“You Can’t Be What You Can’t See”

LGBTQ+ Women’s Tech Summit unlocks first true sense of belonging

“You can’t be what you can’t see,” said the Imposter Syndrome workshop facilitator at the Lesbians Who Tech Summit.

Enjoying a sunny, 65-degree Bay Area Friday afternoon in San Francisco’s Castro District, I stepped into The Café—a long-time local gay nightclub—which had been transformed into a conference room to attend a breakout session for the summit.

Over 6,000 lesbians took over the Castro District in San Francisco for the summit. If you’ve been to the Castro before, you know there is never 6,000 lesbians there. Waiting for my conference badge at the beginning of the event, I look around and realized it was the first time my masculine-of-center queer woman of color identity was part of the majority. A feeling of awe seeped inside my torso as I experienced for the first time what it felt like to truly belong.

The summit was hosted by Lesbians Who Tech & Allies—a global community of LGBTQ+ women, non-binary, and trans individuals with careers and passions inside the growing tech world.

The tech summit offered workshop topics ranging from automation and machine learning, to social justice and resistance in relation to technology. The breakout session leaders included LGBTQ+ women, women of color, transgender, and gender non-conforming speakers and workshop facilitators.

Castro Theater Sign
A Castro Theater sign in San Francisco welcomes attendees to the Lesbians Who Tech Summit.

The UC Davis Graduate School of Management (GSM) sponsored my attendance and it was the perfect union between my interest in exploring diversity and my career pivot to technology—I was ecstatic.


At the summit, I made meaningful connections with diverse attendees and welcoming organizations. By the time the conference had ended, I had met a queer kink porn director, exchanged contacts with recruiters from Fortune 500 companies looking to hire queer women like me, and listened to Stacey Abrams share wisdom about the manifestation of our failure. She said it is sometimes not on us, but a manifestation of everyone else’s suffering.

Oddly enough, it wasn’t the workshops, the speakers, or any job prospects that planted my feet to the ground and straightened up my spine. It was the feeling of being acknowledged and validated for all of me. A feeling I didn’t know I was missing because I never felt it before.

It wasn’t until this conference when my masculine-of-center gender expression and woman-loving-woman nature was deeply seen and deeply held. For the first time I didn’t have to justify my usage of the women’s restroom. I didn’t have to correct my pronoun because I would be asked for permission first.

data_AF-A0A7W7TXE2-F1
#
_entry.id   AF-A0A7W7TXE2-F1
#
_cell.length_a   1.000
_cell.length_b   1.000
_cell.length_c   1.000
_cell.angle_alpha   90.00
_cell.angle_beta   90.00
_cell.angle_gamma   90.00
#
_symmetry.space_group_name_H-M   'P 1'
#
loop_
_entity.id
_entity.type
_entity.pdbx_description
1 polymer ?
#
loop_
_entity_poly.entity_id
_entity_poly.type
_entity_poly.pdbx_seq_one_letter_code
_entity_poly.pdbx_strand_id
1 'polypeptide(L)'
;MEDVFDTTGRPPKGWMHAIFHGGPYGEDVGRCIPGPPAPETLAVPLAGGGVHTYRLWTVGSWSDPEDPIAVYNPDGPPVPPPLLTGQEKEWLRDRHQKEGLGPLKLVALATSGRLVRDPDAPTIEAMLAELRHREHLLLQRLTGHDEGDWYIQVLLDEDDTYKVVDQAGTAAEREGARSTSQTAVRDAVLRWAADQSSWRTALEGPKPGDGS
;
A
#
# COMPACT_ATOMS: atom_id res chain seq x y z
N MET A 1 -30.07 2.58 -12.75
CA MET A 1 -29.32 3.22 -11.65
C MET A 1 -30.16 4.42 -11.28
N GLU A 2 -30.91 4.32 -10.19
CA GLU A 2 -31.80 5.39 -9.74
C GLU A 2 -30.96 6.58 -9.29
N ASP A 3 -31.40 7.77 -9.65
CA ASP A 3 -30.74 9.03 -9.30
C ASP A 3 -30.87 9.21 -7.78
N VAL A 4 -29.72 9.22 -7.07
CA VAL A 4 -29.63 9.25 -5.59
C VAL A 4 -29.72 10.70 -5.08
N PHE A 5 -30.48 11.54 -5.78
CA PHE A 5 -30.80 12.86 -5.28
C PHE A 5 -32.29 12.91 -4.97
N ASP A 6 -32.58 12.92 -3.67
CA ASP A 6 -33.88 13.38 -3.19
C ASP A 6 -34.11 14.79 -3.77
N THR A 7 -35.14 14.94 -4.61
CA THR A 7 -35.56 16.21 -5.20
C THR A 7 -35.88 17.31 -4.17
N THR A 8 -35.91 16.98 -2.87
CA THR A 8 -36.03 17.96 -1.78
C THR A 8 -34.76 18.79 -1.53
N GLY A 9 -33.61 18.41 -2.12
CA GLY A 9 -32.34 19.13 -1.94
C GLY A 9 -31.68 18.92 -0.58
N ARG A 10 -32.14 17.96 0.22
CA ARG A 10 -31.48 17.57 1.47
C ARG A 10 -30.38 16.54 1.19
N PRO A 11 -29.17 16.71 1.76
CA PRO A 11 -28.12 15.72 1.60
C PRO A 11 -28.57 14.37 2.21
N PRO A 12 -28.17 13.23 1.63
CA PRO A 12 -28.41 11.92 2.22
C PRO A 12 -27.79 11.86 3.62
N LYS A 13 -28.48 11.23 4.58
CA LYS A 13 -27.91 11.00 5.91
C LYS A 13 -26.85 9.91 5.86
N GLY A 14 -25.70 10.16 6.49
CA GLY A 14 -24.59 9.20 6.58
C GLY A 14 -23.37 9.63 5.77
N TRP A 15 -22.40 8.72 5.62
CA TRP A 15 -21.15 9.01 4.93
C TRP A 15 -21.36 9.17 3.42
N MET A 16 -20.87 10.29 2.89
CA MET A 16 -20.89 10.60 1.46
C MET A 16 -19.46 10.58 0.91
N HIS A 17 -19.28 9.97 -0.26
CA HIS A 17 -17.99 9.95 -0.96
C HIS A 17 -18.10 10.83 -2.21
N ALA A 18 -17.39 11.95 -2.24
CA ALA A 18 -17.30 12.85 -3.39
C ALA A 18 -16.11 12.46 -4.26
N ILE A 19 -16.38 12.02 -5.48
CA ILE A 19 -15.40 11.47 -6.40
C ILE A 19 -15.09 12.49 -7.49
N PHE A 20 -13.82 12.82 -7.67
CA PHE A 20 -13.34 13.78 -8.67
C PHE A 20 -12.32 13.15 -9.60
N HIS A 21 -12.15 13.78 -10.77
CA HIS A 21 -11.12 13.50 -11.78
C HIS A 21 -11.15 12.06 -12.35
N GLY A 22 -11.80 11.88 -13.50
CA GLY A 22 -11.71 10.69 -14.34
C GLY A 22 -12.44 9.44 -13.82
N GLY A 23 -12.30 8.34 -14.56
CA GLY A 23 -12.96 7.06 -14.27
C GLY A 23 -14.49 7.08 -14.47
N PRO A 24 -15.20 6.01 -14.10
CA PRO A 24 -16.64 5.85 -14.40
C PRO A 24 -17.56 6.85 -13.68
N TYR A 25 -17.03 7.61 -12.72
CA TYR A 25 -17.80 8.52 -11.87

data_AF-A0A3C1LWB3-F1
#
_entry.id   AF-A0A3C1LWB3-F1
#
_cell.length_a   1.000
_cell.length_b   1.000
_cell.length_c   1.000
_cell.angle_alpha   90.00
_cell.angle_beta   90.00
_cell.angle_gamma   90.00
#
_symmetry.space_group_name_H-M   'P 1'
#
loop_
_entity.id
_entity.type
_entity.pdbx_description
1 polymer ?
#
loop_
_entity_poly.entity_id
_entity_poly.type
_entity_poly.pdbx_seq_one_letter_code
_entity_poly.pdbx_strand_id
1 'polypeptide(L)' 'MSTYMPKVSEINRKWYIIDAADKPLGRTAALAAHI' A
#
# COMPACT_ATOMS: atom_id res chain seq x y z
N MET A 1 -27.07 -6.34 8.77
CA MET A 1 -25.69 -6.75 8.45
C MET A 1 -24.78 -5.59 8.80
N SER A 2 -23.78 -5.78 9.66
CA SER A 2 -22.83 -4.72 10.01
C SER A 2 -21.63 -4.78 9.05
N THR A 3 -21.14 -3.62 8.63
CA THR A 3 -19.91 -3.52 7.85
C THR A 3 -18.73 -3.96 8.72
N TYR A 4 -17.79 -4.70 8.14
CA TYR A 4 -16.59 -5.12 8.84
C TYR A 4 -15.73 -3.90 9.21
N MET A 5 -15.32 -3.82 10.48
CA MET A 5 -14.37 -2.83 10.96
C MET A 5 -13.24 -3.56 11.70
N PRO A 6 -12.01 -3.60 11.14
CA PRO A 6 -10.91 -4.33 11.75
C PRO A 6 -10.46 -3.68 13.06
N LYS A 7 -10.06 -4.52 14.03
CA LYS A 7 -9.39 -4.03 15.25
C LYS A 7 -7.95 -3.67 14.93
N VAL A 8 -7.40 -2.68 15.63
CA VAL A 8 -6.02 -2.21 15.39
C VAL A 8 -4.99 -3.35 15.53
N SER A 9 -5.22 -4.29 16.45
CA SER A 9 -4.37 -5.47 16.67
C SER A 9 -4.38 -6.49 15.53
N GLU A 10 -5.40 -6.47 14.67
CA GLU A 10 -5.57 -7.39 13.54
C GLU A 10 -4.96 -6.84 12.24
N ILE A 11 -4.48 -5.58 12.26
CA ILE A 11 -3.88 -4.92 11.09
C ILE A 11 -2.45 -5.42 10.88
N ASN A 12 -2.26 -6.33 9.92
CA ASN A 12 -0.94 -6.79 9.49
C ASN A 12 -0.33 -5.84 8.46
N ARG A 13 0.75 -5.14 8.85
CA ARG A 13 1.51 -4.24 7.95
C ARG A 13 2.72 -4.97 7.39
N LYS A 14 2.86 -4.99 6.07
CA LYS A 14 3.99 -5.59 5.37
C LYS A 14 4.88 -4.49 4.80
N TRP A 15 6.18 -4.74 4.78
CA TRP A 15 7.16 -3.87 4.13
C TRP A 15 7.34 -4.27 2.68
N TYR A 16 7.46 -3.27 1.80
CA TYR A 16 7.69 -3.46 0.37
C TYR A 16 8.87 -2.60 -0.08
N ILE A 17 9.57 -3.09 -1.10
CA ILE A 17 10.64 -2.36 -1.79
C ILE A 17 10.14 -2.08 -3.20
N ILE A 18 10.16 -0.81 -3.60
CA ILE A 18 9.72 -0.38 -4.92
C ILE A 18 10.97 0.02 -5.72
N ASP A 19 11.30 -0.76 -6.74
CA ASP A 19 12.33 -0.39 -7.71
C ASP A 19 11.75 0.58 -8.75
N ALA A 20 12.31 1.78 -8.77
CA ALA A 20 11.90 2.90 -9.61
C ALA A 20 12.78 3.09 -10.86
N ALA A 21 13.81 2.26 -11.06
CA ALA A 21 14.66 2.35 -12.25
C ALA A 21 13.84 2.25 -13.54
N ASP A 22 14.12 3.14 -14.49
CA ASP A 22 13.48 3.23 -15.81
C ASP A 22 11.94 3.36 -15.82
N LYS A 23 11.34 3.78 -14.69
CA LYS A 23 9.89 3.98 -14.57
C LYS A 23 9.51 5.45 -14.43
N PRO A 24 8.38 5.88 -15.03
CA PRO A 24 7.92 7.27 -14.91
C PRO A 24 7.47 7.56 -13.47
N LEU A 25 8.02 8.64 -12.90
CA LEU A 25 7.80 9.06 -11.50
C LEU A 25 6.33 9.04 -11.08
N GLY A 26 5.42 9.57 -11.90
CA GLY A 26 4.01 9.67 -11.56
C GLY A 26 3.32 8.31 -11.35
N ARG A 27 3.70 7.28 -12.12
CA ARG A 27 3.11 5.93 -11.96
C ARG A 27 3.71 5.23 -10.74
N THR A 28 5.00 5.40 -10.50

For three days I didn’t have to explain who I was as I moved through a world of lesbians—what a fascinating gift.

It was in that moment that I realized this sense of belonging is important to me.


Later that year, I chose to give back to the GSM and fellow students as an MBA Student Ambassador in the Bay Area Part-Time MBA program. I brought new perspectives with me to MBA recruiting events. My identity, history and journey from a working-class family to business school helps prospective students see themselves in the program when they may not typically have that relatable connection.

The GSM has offered me numerous opportunities to investigate and build inquisitive iterations of myself.

It’s where my coming out story would be in front of 42 trusting classmates in Professor Doy Charnsupharindr’s Storytelling for Leadership class. I never imagined that would be the case, nor would I represent the program as an ambassador, but now I’m able to encourage any prospective student that they belong.

Profile image of Muttika Chaturabul
Bay Area Part-Time MBA student Muttika Chaturabul shares her goals at Lesbians Who Tech Summit.

Every connection the GSM has helped establish for me has offered a safe place where I can show up with every piece of me exactly as I am—and be told that I belong. Recently, I began interning in the health care industry at Blue Shield of California. Little did I know this would lead to a full-time job offer during an economic downturn and a global pandemic.

As I start my final year in the Bay Area MBA program, I have clarity—in my life, in my career and in the world of education.

I have a clear vision of a world I want to live in. I am here to co-create a welcoming environment where people are validated and their full spectrum of lived experiences are accepted. As we grapple with racism, misogyny and sexism in the corporate world, I stand committed to pushing boundaries of what it means to be an affirming and inclusive society at the individual, organizational and systemic level.

As I learned, “you can’t be what you can’t see,” so I remain devoted to bringing all of me to the places that I belong, the places that I don’t and the places that I didn’t know I belonged so that others can see themselves here too.